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23-yr old Nigerian Eseoghene Obrimah selected for Chicago Independent Producers Lab



Eseoghene Obrimah
Eseoghene Obrimah

A 23-year old Nigerian Eseoghene Obrimah made the list of five producers selected for the second annual Chicago Independent Producers Lab, can report.

The Chicago Independent Producers Lab (CIPL) was launched in 2020 by Full Spectrum Features, a Chicago-based non-profit committed to driving equity into the film industry, with the founding principle that producers are the creative entrepreneurs who make a thriving independent film industry possible.

The lab is a year-long project incubator designed to cultivate Chicago’s vibrant independent film industry. Eseoghene Obrimah was selected for the 2021 Chicago Independent Producers Lab following her projects and commitments to telling stories that imagine what freedom looks like.

Her films focus majorly on Black women and analyze social issues through the genres of fantasy, magical realism, Afro-surrealism and Africanfuturism. Ese’s project, ‘Second Sunday’, follows the Halloway family, who stop attending church in order to protect their transgender son only to find themselves stalked by the church’s possessive new pastor. ​One of her short films in school called “35” has won three awards at film festivals.

In a chat with, Eseoghene Obrimah tells her story on getting selected for the program:

Eseoghene Obrimah wins


Eseoghene you have done well; can you tell us how your journey to Chicago Independent Lab started?

Eseoghene Obrimah: I guess the journey starts with my love for storytelling and for creating a more just and equitable world and how those two collide in my films. Full Spectrum Features, the organization that runs the Chicago Independent Producers Lab, is committed to telling stories created by minoritized people that discuss social issues, so there’s an obvious connection there.

I have a growing relationship with them. I interned for them for a semester while in grad school, they also accepted a short film I produced into their Chicagoland Shorts Program. They’ve been a huge resource to me and constant supporter of my work and career development, so, when thinking of where I would like to start the process of developing a feature film, I knew they would be the perfect organization to support me. So, I applied with a project called “Second Sunday” that Aquarius Ester, a phenomenal experimental and Afro-Surrealist writer and director, sent me and I’m very excited we got accepted.

As a writer and producer you focus majorly on ‘what freedom looks like’. So, how would you define freedom in the context of your productions?

Eseoghene Obrimah: With my productions, I sort of think of freedom in an anarchist sense, particularly the notion of community ownership and control. I want the story we’re telling and the film we’re making to belong to those actually making it so that we have the creative and financial control of the project and we can make the bold choices and, when there are criticisms, we can own those as well.

While analyzing social issues you align with the concepts of Africanfuturism, Afro-surrealism, etc. What is the Africa of your dream like?

Eseoghene Obrimah: An equitable communally organized socioeconomic and political system in which all people are free and can exist as their most honest selves. That’s really it.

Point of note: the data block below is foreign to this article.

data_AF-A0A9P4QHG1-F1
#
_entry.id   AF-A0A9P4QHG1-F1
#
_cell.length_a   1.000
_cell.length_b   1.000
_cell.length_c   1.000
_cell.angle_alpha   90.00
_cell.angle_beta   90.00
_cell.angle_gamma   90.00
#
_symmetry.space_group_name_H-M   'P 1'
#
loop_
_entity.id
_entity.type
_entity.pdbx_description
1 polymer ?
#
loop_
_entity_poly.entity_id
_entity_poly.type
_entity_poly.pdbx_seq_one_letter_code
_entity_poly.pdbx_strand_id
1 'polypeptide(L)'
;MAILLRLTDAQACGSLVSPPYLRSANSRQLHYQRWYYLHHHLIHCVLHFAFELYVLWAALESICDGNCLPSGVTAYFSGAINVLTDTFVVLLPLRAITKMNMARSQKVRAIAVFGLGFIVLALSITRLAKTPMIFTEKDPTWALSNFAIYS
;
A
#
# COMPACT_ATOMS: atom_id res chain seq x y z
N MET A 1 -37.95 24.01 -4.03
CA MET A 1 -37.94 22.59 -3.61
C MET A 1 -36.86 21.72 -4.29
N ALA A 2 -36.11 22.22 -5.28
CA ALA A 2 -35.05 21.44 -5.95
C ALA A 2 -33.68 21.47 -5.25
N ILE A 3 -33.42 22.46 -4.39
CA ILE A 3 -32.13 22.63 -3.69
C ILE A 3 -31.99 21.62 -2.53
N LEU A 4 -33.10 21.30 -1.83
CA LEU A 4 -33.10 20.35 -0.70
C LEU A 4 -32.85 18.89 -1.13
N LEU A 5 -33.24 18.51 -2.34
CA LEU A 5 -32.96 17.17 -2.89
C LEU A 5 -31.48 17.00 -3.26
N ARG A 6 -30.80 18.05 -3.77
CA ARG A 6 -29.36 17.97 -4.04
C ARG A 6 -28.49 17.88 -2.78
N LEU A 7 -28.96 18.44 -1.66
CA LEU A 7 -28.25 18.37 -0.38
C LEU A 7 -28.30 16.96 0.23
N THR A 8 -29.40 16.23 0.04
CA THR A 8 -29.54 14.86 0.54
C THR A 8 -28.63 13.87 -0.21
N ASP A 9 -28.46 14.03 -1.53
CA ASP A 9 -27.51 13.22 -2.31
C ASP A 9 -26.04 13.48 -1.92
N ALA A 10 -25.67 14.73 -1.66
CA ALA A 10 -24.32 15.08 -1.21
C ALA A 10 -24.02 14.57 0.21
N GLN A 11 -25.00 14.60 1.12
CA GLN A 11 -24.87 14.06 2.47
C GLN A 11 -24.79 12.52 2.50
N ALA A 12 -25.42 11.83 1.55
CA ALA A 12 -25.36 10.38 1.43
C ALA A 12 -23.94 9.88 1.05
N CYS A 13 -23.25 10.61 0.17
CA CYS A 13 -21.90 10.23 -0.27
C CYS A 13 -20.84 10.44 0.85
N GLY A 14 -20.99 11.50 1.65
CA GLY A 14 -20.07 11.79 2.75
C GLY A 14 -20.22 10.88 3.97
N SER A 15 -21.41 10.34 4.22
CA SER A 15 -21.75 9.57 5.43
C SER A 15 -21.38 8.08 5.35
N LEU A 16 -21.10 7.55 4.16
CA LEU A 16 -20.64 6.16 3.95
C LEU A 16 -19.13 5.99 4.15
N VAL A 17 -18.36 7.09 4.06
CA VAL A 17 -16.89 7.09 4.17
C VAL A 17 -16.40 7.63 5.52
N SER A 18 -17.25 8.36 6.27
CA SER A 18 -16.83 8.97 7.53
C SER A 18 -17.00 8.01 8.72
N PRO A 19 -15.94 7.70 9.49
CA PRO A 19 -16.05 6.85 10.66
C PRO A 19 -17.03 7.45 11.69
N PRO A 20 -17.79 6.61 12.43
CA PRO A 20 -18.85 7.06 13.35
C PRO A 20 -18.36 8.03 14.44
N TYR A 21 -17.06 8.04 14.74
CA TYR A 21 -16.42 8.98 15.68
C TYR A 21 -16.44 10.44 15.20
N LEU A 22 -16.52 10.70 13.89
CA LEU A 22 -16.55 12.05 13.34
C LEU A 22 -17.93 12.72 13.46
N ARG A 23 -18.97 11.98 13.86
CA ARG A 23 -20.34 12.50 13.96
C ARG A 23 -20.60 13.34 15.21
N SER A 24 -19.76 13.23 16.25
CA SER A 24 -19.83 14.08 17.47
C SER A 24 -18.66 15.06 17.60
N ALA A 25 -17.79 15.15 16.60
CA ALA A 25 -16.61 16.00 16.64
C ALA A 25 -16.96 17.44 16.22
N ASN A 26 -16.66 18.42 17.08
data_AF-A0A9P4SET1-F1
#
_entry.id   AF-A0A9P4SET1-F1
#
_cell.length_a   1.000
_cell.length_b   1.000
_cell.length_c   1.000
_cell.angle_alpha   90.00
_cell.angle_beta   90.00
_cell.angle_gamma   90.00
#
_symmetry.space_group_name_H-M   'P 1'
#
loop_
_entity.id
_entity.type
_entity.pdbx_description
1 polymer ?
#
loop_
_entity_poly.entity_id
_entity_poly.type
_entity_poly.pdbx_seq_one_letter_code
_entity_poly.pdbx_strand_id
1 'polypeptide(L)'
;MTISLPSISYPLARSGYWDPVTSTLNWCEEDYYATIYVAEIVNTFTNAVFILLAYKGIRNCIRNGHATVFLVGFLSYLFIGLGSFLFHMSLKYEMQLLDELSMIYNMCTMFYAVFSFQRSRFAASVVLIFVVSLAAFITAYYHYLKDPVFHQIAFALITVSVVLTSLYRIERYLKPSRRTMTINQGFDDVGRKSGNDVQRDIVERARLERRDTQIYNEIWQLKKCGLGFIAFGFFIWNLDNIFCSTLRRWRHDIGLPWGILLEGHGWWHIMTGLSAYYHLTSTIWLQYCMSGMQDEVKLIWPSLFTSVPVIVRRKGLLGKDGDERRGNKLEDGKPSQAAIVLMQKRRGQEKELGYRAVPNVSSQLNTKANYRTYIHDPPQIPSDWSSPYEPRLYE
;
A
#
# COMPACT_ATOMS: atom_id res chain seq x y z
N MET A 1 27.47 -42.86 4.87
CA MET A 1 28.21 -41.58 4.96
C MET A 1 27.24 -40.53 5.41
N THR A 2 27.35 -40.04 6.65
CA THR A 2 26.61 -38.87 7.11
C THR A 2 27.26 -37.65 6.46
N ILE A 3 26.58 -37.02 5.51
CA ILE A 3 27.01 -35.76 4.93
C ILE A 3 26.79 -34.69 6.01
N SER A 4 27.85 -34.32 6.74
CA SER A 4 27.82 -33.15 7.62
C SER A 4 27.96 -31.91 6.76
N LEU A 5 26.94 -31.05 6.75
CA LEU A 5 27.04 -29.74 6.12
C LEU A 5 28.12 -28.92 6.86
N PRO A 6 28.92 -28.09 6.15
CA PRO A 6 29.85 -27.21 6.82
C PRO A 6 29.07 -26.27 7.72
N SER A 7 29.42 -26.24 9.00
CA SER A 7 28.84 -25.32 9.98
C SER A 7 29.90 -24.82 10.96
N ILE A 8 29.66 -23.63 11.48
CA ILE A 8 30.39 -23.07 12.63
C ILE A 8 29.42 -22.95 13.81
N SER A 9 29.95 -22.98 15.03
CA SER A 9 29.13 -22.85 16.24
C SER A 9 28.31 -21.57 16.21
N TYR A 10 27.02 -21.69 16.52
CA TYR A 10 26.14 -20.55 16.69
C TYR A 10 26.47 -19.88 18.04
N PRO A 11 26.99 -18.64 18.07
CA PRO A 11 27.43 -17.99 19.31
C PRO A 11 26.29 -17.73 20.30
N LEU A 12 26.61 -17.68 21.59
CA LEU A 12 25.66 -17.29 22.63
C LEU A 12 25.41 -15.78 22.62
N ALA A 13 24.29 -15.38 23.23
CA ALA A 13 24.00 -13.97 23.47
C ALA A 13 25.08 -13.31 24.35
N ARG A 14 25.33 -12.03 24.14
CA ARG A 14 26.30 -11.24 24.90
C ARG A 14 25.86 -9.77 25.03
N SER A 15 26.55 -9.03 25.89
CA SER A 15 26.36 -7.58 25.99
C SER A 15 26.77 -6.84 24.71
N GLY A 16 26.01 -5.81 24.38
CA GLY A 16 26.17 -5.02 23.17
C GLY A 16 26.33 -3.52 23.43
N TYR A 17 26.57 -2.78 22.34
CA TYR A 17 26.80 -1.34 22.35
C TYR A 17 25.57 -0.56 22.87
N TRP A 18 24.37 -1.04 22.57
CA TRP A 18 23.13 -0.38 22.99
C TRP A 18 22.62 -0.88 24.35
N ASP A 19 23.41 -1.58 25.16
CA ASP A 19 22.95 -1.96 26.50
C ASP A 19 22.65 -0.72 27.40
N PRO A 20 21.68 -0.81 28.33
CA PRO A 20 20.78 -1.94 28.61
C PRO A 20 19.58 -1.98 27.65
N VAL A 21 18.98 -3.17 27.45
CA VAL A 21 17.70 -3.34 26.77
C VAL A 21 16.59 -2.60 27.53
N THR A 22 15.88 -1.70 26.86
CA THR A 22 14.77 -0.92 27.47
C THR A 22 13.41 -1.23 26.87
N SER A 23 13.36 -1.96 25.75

​One of her short films in school called “35” has won three awards at film festivals

Tell us about your experience as a Creative entrepreneur

Eseoghene Obrimah: That’s interesting that I’ve never really thought of myself as one. My experience is a testament to the importance of community building. Not networking. Building an actual community with people you like and would actually want to work with. I’m sure I don’t need to tell anyone entrepreneurship is a hustle, but it’s easier with community.

You decided to build your own table as against asking for a seat at someone else. What’s your advice for young people, especially from the African Continent?

Eseoghene Obrimah: I think Issa Rae has already given the best advice on this and it’s to focus on working, creating and building with those next to you rather than trying to access the people “above” you. I’d just add to not be scared to do the bold, radical and honest thing. Your voice is what sets you apart.

Knowing who you are makes who you are worth knowing. Also, start thinking of how to make our industry sustainable. I’ve seen Oge Obasi and Mildred Okwo having insightful conversations about this on twitter and I’m very interested in being a part of that.


Briefly tell us about your growing up, education, family…

Eseoghene Obrimah: I was born and raised in Lagos. I was a pretty boring and academically oriented child but enjoyed art. I made a (retrospectively, not very good) sculpture of a ballerina for my junior WAEC or was it Lagos State art project. I was also involved in a lot of performance art and played multiple musical instruments.

I moved to the US in 2014 for college, I got my undergraduate degree in Marketing from Xavier University in Ohio. It was there that I became more interested in the behind the scenes work of performances and events as well as student political organizing. That would inform my decision to move to Chicago, IL where I obtained my Master of Fine Arts in Creative Producing from Columbia College Chicago and began producing films about social issues.

So, what is your target at Chicago Independent Producers Lab?

Eseoghene Obrimah: My goals are to advance in my career, to hone my skills as an independent genre producer, and to work with Aquarius to bring “Second Sunday” to life.

Once again, congratulations

Eseoghene Obrimah: Thank you for featuring me.

Follow this link to view some of Eseoghene’s works.

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